Two-photon fluorescence (TPF) and second-harmonic generation (SHG) microscopy are powerful tools for imaging unstained biological tissues [1
]. These label-free techniques are capable of producing high-resolution real-time in vivo
images and have shown great promise for medical diagnostics of various diseases, potentially replacing surgical biopsies [2
]. The maximum imaging depth, however, is limited in most tissues to ~1 mm [8
One strategy to overcome the depth limitation is to develop miniaturized TPF microscopes that could be used as endoscopes in a clinical setting. A number of different endoscopes and techniques have been demonstrated [10
], including in vivo
imaging of unstained tissues [18
]. These devices are typically composed of a miniaturized scanning mechanism and focusing optics in a protective housing. The scanners proposed generally use either a miniaturized fiber scanning mechanism or microelectromechanical systems scanning mirror. The need to encapsulate a scanning mechanism into a housing of suitable size for minimally invasive procedures poses several challenges including: (1) uniformity of scan, (2) sensitivity, durability and reliability of the scanner, and (3) miniaturization of the distal scan mechanism and optics. A different approach has been to use gradient index (GRIN) lenses to relay the excitation light and TPF/SHG emission to and from an external microscope deep into soft tissue [19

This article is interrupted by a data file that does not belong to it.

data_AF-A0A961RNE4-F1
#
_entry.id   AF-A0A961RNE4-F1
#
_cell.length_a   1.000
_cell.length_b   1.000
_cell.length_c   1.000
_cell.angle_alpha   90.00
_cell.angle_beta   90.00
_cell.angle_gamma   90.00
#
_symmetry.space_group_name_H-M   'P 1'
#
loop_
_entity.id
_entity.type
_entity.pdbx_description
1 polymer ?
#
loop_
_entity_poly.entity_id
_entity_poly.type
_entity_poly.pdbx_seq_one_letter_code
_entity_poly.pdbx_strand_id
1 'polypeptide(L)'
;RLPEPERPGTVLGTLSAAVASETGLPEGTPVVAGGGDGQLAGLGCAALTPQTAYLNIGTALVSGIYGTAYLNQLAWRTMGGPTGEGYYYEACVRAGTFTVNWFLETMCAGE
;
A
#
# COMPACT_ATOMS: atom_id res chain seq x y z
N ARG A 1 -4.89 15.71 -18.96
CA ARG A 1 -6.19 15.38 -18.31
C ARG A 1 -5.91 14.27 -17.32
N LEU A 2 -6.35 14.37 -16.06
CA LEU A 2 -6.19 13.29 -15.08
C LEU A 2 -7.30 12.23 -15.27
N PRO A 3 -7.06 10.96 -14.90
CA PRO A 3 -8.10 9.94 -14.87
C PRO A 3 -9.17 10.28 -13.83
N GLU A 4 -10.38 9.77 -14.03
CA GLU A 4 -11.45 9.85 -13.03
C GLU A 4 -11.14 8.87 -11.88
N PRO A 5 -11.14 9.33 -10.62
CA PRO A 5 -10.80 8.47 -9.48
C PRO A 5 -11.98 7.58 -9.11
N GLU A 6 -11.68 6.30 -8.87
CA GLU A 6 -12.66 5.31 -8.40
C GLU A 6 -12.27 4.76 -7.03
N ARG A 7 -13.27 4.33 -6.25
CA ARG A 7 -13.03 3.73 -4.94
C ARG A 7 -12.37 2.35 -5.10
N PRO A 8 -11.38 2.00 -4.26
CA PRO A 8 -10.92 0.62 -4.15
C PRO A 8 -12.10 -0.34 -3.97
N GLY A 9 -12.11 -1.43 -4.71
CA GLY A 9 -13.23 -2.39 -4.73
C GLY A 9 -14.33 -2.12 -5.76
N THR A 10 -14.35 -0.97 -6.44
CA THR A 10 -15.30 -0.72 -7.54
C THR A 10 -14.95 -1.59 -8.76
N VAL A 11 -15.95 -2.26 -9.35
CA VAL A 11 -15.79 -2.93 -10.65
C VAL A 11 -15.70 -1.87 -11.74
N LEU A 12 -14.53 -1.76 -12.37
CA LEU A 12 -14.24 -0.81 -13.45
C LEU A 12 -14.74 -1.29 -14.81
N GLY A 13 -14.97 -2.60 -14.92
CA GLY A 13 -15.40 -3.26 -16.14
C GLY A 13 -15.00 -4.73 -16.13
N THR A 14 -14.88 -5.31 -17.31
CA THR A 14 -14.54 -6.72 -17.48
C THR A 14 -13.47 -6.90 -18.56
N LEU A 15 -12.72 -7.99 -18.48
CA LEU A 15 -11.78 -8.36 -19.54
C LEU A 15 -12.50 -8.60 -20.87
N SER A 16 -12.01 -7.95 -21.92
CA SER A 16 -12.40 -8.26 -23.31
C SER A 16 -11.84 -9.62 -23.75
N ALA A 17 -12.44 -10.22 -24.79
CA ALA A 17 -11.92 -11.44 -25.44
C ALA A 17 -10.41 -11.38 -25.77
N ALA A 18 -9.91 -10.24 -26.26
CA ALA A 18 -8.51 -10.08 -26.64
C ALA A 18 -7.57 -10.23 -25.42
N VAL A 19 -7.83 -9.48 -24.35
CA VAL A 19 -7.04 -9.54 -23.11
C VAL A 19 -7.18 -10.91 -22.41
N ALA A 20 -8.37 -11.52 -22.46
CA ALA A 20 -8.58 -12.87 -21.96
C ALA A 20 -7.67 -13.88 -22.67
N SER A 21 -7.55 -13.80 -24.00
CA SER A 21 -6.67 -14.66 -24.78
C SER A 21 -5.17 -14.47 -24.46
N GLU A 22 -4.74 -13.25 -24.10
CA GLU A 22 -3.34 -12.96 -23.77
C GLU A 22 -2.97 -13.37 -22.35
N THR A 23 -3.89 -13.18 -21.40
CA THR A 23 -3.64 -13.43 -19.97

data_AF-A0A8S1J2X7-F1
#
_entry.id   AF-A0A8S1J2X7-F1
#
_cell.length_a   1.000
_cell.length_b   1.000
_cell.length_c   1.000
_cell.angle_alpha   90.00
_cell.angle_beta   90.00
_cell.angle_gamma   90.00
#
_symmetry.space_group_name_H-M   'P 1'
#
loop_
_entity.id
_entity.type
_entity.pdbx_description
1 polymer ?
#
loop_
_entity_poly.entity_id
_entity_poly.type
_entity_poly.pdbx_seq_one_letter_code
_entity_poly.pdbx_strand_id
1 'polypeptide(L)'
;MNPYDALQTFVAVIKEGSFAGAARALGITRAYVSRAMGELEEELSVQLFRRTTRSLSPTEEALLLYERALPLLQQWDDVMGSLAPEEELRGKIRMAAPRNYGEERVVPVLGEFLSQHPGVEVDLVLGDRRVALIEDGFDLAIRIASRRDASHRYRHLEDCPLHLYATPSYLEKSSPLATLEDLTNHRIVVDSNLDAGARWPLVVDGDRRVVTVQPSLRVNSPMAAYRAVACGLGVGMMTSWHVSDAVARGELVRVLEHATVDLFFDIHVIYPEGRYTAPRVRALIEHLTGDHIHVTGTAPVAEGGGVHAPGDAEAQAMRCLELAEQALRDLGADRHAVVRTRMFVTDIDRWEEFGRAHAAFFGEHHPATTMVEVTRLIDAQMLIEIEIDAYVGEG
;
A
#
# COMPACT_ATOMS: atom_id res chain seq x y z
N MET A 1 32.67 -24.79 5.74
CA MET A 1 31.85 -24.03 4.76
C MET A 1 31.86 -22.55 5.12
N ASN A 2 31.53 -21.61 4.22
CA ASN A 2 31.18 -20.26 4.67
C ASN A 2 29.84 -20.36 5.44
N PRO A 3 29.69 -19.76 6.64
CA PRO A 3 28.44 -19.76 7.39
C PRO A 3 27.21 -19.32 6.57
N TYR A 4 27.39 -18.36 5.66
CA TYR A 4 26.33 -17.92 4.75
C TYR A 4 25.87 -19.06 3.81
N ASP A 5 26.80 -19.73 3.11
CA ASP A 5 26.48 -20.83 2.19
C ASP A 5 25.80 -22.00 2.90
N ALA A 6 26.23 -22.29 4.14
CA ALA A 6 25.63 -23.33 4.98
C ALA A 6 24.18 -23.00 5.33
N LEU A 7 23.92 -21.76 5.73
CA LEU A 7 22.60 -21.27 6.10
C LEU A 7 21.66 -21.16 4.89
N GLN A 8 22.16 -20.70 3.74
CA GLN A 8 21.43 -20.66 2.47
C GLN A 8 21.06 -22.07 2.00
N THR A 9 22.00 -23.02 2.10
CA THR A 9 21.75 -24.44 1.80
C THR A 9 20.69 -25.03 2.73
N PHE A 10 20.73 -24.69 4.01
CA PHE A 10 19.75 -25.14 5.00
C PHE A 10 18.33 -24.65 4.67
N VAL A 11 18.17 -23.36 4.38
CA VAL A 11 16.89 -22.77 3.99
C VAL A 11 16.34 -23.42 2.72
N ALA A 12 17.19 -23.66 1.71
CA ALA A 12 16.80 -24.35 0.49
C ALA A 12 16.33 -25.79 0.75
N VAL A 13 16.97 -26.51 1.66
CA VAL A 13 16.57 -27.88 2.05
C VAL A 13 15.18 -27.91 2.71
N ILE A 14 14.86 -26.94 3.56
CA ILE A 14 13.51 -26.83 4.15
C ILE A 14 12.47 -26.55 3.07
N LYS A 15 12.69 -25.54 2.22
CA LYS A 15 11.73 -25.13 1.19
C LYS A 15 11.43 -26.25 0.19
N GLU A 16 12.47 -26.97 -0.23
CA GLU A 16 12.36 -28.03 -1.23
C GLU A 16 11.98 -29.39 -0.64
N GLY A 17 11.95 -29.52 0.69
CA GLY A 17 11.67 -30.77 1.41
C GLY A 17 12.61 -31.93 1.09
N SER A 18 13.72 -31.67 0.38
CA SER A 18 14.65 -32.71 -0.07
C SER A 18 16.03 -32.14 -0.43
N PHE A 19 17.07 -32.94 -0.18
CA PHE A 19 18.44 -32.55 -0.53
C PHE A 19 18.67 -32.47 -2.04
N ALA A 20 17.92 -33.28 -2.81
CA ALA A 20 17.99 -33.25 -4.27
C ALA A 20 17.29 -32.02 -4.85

]. Since only the GRIN lens penetrates the tissue, the excitation, scanning, and collection optics need not be miniaturized for in vivo
imaging. GRIN lenses have been shown to be biocompatible and previously used in a clinical setting for non-penetrative imaging of chronic leg ulcers with delayed wound healing [23
]. Use of a small diameter lens to penetrate deeply within tissue has been demonstrated with a hypodermic needle GRIN system [24
]. These studies show great promise for GRIN endoscopy to be used as either a guide for or a replacement of traditional surgical biopsies.
Previous studies, however, have been limited to short (<4 cm) GRIN systems primarily intended for small animals and external clinical use [19
]. The eventual adaptation of GRIN lenses in the diagnosis of human diseases would require significantly longer GRIN endoscope systems. Commonly used prostate biopsy needles, for example, are as long as 25 cm. In this study we investigate the effect of GRIN system length on the imaging performance. We characterize the loss in imaging performance with increased GRIN system length and present a compact and portable two-photon microscope that could be used in a clinical environment in combination with various GRIN lens systems. Finally, the capability of the system for in vivo
imaging of unstained tissues is demonstrated in live, anesthetized rats.